No. CCCXI. TUESDAY, FEBRUARY 26.

Nec Veneris pharetris macer est, aut lampade fervet:
Inde faces ardent, veniunt a dote sagittae.

JUV.

He sighs, adores, and courts her ev'ry hour :
Who wou'd not do as much for such a dow'r?

DRYDEN.

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MR. SPECTATOR,

"I AM amazed that among all the variety of characters, with which you have enriched your spesculations, you have never given us a picture of those 6 audacious

young

fellows among us, who commonly go by the name of Fortune-stcalers. You must know, Sir, I am one of those who live in a continual ' apprehension of this sort of people that lie in wait, <day and night, for our children, and may be con( sidered as a kind of kidnappers within the law. I

am the father of a young heiress, whom I begin to ' look upon as marriageable, and who has looked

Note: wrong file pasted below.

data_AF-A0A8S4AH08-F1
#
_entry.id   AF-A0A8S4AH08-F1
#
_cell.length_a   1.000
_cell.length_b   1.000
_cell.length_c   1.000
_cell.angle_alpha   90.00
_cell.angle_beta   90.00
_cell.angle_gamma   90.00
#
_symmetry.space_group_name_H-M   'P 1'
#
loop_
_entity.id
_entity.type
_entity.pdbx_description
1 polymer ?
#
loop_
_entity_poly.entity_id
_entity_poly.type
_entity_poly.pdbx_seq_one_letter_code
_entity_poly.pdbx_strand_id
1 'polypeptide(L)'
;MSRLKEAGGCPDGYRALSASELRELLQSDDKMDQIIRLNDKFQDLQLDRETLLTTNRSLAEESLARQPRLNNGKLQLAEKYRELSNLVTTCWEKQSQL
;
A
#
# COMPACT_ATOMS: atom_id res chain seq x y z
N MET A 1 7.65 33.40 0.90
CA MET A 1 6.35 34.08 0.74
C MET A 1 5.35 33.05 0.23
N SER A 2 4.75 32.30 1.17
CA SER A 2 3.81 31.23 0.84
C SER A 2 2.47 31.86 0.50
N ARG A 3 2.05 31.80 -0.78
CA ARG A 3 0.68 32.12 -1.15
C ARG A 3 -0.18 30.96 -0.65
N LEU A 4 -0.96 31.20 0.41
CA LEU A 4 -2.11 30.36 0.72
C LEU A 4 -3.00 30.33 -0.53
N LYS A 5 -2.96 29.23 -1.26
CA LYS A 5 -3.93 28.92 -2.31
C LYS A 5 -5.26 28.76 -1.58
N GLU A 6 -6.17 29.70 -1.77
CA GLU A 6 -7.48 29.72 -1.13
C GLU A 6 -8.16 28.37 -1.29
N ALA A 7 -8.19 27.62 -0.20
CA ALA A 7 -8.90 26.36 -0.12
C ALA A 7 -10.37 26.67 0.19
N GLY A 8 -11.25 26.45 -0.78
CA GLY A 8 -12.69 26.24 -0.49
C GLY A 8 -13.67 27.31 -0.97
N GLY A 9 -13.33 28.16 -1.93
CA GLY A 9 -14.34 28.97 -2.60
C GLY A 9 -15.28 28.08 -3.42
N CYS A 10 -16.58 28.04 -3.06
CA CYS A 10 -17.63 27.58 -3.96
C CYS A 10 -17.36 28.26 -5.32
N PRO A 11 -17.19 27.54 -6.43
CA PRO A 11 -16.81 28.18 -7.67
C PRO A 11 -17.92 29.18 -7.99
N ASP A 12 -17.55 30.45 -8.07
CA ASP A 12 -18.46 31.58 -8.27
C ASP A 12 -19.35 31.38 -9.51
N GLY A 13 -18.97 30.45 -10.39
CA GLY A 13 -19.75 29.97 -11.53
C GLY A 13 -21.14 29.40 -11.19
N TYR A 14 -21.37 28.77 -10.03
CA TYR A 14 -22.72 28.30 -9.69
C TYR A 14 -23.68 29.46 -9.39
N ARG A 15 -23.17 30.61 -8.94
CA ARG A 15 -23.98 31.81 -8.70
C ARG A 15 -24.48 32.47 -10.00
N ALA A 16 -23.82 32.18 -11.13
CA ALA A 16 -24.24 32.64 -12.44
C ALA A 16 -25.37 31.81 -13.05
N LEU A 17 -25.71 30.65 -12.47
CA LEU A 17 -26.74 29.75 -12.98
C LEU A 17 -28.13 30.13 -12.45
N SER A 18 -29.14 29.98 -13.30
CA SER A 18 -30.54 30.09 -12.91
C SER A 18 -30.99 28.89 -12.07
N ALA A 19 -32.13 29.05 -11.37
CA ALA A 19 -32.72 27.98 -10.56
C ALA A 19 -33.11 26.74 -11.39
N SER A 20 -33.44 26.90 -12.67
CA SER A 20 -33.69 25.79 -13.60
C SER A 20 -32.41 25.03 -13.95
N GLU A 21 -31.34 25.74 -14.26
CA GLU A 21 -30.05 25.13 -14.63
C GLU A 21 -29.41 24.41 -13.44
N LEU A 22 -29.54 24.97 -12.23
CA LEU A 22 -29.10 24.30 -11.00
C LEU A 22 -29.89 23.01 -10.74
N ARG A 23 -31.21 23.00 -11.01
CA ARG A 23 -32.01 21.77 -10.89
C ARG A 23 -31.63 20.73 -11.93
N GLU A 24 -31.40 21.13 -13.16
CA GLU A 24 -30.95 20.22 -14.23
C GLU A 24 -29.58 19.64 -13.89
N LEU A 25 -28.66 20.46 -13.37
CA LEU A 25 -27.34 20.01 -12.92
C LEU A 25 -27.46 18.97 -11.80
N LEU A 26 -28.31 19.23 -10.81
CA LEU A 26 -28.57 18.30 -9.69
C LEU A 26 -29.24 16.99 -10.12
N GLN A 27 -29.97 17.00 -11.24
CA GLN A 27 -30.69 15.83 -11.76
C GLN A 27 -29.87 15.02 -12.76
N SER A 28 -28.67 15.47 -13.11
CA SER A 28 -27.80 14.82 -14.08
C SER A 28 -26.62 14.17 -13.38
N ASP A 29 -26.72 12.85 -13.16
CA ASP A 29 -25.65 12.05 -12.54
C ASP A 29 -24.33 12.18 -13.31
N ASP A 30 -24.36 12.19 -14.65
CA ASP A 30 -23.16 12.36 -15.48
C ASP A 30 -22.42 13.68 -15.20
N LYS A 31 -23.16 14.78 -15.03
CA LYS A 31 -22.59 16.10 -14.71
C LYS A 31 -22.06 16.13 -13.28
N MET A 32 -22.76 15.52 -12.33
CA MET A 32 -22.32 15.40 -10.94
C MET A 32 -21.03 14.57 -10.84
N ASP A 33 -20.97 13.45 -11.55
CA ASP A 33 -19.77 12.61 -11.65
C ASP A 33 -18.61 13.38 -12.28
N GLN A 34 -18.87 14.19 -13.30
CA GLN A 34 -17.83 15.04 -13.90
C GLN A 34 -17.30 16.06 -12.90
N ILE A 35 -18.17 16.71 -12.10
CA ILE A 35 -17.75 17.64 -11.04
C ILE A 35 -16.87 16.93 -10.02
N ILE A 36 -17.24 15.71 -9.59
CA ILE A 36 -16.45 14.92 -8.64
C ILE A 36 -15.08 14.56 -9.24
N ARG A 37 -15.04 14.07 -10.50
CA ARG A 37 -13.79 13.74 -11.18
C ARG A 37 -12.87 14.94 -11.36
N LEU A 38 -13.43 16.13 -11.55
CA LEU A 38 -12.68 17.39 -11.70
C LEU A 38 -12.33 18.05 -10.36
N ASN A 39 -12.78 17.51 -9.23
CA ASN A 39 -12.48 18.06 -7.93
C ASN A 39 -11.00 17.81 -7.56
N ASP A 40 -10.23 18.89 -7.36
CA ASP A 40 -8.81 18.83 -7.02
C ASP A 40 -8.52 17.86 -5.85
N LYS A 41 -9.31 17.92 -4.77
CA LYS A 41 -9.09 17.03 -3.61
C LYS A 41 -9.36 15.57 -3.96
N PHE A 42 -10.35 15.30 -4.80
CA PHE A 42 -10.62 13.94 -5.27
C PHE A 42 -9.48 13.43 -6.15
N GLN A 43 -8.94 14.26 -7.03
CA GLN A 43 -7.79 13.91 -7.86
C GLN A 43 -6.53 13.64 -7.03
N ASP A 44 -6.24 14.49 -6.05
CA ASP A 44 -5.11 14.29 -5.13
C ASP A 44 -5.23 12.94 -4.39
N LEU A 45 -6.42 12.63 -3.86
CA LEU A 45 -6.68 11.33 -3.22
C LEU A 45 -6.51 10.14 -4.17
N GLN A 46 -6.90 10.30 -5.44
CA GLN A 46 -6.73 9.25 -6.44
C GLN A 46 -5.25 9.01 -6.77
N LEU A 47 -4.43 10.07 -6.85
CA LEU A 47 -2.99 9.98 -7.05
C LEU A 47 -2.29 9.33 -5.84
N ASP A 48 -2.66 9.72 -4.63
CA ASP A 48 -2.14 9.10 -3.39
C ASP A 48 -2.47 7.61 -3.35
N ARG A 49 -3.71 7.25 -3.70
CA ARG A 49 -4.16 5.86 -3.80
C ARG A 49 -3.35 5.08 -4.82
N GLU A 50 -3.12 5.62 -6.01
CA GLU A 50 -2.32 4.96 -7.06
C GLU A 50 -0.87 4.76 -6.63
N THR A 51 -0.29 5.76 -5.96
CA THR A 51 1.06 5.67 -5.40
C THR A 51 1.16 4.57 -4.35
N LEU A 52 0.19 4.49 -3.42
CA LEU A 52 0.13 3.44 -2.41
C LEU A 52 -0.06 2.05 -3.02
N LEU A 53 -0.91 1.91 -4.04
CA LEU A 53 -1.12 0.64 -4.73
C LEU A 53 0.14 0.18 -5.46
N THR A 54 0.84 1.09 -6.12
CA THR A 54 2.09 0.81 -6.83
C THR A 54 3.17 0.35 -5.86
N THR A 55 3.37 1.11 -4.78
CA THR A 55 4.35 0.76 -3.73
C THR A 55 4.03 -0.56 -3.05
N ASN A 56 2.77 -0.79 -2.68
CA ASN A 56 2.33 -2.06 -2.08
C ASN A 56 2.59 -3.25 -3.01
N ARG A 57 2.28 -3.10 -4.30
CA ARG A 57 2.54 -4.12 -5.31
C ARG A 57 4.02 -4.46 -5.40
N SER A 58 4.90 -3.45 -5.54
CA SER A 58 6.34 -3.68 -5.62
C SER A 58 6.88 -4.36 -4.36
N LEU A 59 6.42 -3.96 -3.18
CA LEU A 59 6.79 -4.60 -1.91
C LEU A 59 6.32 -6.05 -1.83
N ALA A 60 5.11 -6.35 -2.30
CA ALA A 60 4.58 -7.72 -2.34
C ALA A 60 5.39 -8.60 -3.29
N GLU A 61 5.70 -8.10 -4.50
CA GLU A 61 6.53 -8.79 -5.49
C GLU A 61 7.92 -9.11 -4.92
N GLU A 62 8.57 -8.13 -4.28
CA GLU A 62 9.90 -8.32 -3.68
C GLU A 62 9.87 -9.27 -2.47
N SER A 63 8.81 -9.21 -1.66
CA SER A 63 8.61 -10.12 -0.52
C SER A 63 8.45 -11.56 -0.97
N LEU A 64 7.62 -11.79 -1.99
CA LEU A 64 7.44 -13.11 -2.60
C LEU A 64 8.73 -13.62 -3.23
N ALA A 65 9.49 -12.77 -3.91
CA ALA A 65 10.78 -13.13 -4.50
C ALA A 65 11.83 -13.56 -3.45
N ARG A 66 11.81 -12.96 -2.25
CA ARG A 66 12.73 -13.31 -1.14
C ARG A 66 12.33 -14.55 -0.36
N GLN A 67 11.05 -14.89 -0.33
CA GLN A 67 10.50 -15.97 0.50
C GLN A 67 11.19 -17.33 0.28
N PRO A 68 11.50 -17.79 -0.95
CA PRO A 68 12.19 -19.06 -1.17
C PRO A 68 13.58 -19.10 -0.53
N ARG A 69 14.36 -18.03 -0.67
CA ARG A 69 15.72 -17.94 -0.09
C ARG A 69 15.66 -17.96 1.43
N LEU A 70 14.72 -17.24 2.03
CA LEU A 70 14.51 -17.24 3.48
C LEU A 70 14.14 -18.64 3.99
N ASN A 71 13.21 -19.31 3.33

upon herself as such for above these six years. She • is now in the eighteenth year of her age. The « fortune-hunters have already cast their eyes upon her, and take care to plant themselves in her view whenever she appears in any public assembly. I I have myself caught a young jackanapes with a pair

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6 of silver fringed gloves in the very fact. You must

know, Sir, I have kept her as a prisoner of state ever since she was in her teens. Her chamber(windows are cross-barred; she is not permitted to